Also, not all halogen bulbs fit every vehicle – there are several different sizes and fitments available. Before we discuss those things, let’s first see how these bulbs work in the first place.

How do Halogen Headlights work?

Strictly speaking, halogen bulbs are mostly similar to incandescent bulbs in the way they produce the beam of light. In other words, a tungsten filament is heated to a high temperature of 4,500oF (2,500 oC), which produces light and heat.

However, while in incandescent bulbs the tungsten filament is encased in large glass casing and surrounded by inert gasses such as nitrogen and argon, the filament in halogen lights is placed in a much smaller enclosure made of quartz and surrounded by halogen gasses such as bromide and iodine.

The use of bromide and iodine makes all the difference here.

In incandescent lights, the inert gasses don’t react at all with the extremely hot tungsten, and because of that, the filament generates a lot of infrared light (heat), which in turn evaporates the tungsten. In halogen bulbs, bromide and iodine react with the evaporated tungsten atoms and bring them back to the filament.

In other words, the tungsten atoms are simply recycled and put back to work. Due to this chemical reaction, halogen bulbs shine brighter and have a longer lifespan than incandescent bulbs. Oh, and the quartz enclosure? It’s there because quartz has a higher melting point than glass. If the glass was used, then it would have melted that close to the filament.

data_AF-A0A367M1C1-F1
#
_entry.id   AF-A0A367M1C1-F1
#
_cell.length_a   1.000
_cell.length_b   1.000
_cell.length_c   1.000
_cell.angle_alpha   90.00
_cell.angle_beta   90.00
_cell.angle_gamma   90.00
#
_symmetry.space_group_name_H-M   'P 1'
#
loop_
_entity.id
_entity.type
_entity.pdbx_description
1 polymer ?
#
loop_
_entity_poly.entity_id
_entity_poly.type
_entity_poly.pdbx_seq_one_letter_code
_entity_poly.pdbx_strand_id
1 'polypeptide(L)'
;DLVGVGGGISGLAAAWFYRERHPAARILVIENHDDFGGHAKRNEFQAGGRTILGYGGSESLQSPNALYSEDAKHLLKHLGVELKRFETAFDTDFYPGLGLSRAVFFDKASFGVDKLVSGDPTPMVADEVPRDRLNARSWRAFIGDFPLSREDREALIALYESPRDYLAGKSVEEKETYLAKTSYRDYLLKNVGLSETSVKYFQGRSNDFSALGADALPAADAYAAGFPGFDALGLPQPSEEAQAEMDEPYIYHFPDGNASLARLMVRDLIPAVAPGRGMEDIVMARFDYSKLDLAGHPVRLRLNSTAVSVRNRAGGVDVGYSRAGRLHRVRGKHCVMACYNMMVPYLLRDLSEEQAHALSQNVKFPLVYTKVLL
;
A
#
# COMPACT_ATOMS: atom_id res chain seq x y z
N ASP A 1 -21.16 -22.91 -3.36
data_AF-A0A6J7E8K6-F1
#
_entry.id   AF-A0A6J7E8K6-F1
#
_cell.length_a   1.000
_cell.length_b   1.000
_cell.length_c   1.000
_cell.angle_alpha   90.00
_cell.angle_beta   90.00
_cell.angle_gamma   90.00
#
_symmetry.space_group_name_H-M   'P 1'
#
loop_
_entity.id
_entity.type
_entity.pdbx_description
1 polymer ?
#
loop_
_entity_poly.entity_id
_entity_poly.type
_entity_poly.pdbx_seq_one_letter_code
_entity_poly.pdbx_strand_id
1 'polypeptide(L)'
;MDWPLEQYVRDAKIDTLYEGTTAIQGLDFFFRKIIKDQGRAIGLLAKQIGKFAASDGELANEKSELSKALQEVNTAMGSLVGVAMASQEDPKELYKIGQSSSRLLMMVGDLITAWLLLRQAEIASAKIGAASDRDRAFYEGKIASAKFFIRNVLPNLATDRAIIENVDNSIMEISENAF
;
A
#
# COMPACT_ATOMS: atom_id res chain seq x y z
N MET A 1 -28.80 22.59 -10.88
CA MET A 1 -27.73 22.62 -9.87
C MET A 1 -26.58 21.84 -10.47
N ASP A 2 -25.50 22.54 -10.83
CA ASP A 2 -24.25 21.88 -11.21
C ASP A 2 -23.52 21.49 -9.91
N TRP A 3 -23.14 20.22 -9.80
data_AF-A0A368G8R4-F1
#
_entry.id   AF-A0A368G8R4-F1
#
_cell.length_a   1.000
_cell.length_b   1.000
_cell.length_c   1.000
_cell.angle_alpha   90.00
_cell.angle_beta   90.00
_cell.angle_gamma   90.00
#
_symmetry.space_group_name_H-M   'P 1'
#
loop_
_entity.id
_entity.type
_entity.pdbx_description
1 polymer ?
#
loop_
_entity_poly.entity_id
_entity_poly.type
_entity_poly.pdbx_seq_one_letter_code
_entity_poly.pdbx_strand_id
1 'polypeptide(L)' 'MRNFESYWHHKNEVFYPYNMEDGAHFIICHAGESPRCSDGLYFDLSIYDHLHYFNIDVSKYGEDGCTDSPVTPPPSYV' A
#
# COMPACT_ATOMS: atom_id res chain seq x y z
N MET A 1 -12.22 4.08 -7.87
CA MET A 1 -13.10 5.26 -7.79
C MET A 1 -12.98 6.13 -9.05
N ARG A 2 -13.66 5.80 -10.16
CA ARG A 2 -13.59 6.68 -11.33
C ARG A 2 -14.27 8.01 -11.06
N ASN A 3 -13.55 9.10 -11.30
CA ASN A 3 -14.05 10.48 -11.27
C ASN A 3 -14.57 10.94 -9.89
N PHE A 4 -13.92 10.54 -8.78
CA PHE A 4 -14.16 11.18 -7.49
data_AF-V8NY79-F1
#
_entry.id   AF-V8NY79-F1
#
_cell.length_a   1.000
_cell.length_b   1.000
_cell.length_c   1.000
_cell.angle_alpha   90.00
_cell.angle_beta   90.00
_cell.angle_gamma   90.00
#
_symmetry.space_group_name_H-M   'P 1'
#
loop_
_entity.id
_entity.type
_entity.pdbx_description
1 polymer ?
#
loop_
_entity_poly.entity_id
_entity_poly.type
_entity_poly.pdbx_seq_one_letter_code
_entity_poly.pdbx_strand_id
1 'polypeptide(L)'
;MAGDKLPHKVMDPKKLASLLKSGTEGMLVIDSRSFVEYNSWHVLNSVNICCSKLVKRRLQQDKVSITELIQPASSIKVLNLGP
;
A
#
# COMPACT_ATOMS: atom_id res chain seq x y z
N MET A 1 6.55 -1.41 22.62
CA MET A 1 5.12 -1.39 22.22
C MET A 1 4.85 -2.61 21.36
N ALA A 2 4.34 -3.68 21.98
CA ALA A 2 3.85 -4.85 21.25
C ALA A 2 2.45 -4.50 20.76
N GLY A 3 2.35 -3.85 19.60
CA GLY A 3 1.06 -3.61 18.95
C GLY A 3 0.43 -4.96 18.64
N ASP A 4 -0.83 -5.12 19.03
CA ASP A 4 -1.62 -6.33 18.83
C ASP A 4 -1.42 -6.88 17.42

How to Find the Right Halogen Bulb for Your Vehicle?

Through the years, bulb manufacturers presented several different halogen bulbs. Some of those bulbs work only for the low beam, some only for the high beam, and some have two filaments inside and produce both low beam and high beam.

There are also specially designed models for fog lights, stop lights, parking lights and turn signals, which further complicates the matter. Bulbs also differ in the way they’re attached to the headlamp and have distinctive designs for easier recognition.

With all the different options available, at first, it may seem hard to find one that will suit your particular car. Luckily, you can find the information on every bulb that’s installed in your car in the owners’ manual in the headlights section.

But what if you don’t have the owners’ manual at hand and you’re on the road? Then you can read the same information on the bulb that turned bad after you remove (i.e., 9005). Or you can use our automotive bulb finder by specifying the vehicle you have, and the year it was made.